Holly is back, and the story of how this book came to life is amazing. It’ll be a ‘more’ traditional post for a less usual book (at least to me), with me introducing the book and then her, but read what she has to say!
The book is Six Shots Each Gun: 12 Tales Of The Old West by Russ Towne and Holly Bargo, a western romance.
This collaboration between
bestselling author of westerns Russ Towne and fiction author Holly Bargo—the
two “guns”— presents 12 tales of the Old West. Each author has contributed six
stories or “bullets” to this anthology. We hope to satisfy readers of the genre
with rousing stories that not only meet expectations, but also add some
uncommon insight into the short period of American history known as the Wild
Heart of Gold: A dying man begs an honest cowboy to take a fortune in gold through a lawless territory with Indians on the warpath. He didn’t reckon on becoming responsible for keeping the man’s daughter safe along the way.
Wolverine McClean: The men who fought beside Aloysius McLean in the War Between the States knew him as a shy and quiet man, but in the heat of battle he fought so fiercely and fearlessly that they nicknamed him Wolverine. With the war now over, McLean goes to visit a war buddy and finds he’s disappeared under suspicious circumstance after striking the motherlode. To help his friend’s family, Wolverine faces off against a wealthy, powerful man who has a special armored train with three mounted Gatling guns and his own private army.
The Lesser of Evils: Cast from the native tribe that adopted her and the only home she’s ever known to make her way in the white man’s world, Sun Gold finds herself faced with a language barrier and a choice she never wanted.
Catherine & the Comanche: A white woman and Indian brave must overcome hatred, prejudice, and mutual cultural ignorance as they fight for their lives and try to avert a bloody war.
The Saint: A wounded outlaw throws himself upon the mercy of a Mexican priest. His demand for sanctuary gains him more than just temporary safety.
Never Judge a Book: Cowhands get the surprise of the lives when a gang tries to steal their hard-earned pay.
Survival of the Fairest: A woman kills her abusive husband and flees, heading west to restart her life under an assumed name.
Last Man Standing: Gus Roundtree has come to Shady Bluff with his guardian Arliss “Patch” Elkins. Too young to be deputized, he learns he really is his father’s son when he embarks upon a business venture.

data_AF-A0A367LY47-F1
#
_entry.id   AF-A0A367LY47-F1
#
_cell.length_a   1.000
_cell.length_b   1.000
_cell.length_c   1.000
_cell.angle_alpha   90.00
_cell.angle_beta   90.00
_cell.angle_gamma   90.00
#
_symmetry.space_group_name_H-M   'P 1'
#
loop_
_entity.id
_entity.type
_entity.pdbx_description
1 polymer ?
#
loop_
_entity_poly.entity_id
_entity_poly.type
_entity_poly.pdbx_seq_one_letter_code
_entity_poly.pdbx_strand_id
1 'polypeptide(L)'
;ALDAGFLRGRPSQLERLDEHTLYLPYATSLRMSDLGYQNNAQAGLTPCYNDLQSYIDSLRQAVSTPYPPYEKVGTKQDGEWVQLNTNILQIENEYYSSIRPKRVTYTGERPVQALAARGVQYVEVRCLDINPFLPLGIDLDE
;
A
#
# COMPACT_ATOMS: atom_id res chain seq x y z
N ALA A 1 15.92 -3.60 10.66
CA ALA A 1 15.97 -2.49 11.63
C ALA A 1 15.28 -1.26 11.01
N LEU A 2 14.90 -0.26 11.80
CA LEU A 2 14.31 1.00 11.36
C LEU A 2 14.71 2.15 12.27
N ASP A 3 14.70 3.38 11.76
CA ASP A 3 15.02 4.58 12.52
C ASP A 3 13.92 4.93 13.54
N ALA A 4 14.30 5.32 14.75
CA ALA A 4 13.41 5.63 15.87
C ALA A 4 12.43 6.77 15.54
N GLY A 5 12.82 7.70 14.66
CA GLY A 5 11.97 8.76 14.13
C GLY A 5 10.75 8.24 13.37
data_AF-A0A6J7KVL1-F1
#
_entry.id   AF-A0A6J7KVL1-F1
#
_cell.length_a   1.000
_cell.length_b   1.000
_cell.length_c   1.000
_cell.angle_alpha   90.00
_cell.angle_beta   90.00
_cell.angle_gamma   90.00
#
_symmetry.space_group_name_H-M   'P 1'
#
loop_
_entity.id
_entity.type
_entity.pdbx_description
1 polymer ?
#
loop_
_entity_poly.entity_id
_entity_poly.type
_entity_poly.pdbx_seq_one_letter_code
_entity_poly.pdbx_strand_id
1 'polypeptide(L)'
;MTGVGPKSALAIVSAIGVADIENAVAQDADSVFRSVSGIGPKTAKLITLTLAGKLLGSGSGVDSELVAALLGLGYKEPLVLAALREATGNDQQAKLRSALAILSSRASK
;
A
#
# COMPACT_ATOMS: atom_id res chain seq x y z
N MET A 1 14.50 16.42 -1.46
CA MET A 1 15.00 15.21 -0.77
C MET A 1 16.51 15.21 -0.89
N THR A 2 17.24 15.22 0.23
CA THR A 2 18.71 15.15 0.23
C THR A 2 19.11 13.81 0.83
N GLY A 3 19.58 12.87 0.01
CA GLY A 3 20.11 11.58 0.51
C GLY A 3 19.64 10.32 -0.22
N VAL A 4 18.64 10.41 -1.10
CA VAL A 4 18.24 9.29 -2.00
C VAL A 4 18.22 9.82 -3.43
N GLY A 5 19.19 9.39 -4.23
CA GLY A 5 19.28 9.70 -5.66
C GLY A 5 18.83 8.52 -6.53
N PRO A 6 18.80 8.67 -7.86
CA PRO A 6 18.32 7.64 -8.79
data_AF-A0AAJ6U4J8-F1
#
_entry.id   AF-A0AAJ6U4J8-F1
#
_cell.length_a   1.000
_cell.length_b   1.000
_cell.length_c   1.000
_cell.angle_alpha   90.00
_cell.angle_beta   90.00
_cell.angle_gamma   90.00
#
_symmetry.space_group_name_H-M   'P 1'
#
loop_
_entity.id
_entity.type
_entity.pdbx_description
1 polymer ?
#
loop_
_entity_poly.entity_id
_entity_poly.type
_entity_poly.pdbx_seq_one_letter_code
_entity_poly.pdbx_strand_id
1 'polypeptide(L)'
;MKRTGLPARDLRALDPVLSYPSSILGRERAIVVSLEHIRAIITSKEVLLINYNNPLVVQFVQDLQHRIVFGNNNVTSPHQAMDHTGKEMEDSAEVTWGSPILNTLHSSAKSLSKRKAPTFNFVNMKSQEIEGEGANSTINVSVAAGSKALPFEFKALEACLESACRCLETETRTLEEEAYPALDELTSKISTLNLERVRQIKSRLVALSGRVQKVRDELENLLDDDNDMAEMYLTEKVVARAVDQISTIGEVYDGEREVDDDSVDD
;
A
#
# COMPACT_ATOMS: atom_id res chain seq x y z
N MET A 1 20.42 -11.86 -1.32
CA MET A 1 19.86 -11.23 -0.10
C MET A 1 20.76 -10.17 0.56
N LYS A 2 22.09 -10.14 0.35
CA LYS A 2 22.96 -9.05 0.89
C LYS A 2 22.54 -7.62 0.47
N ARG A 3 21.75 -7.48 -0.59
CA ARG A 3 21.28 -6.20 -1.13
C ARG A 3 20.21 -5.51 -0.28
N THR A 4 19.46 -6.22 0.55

Welcome to Shady Bluff: As the town of Shady Bluff prepares to swear in their new sheriff, former U.S. marshal Arliss “Patch” Elkins, outlaws decide to rob the bank.
Hair Trigger: A female gunslinger returns to her hometown to claim her inheritance and get justice for her father’s wrongful death, but crashes into a statute of limitations.
A Bloody Day in Destiny: The past comes calling with a six-gun and a score to settle, and there’s no place to hide.
The Escort: Picking up where Russ Towne’s “A Bloody Day in Destiny” ends, Buck Evans hires on as an armed escort to accompany a rancher’s haughty daughter and her companion to Boston for her debut into polite society. Both young women are lovely, but the young companion catches Buck’s eye and warms his heart. He thinks he’s too old and jaded for this innocent girl; but, when danger strikes, he’ll risk his life to save her.
Best-selling author Russ Towne released the first of his approximately sixty books in 2013. They can be found on Amazon.com, KDP, Audible, iTunes, and elsewhere.
Russ lives with his wife in Campbell, California, USA. They’ve been married since 1979 and have three adult children and five grandchildren. His passions include family, friends, writing and investing.
Russ savors experiencing nature, especially near rivers and streams that run through giant redwood groves, and along shores where powerful waves collide into ancient picturesque rock formations. He enjoys watching classic movies, reading, and his tiny fern garden and redwood grove. Russ greatly enjoys managing the investments of clients of the wealth management firm he founded in 2003.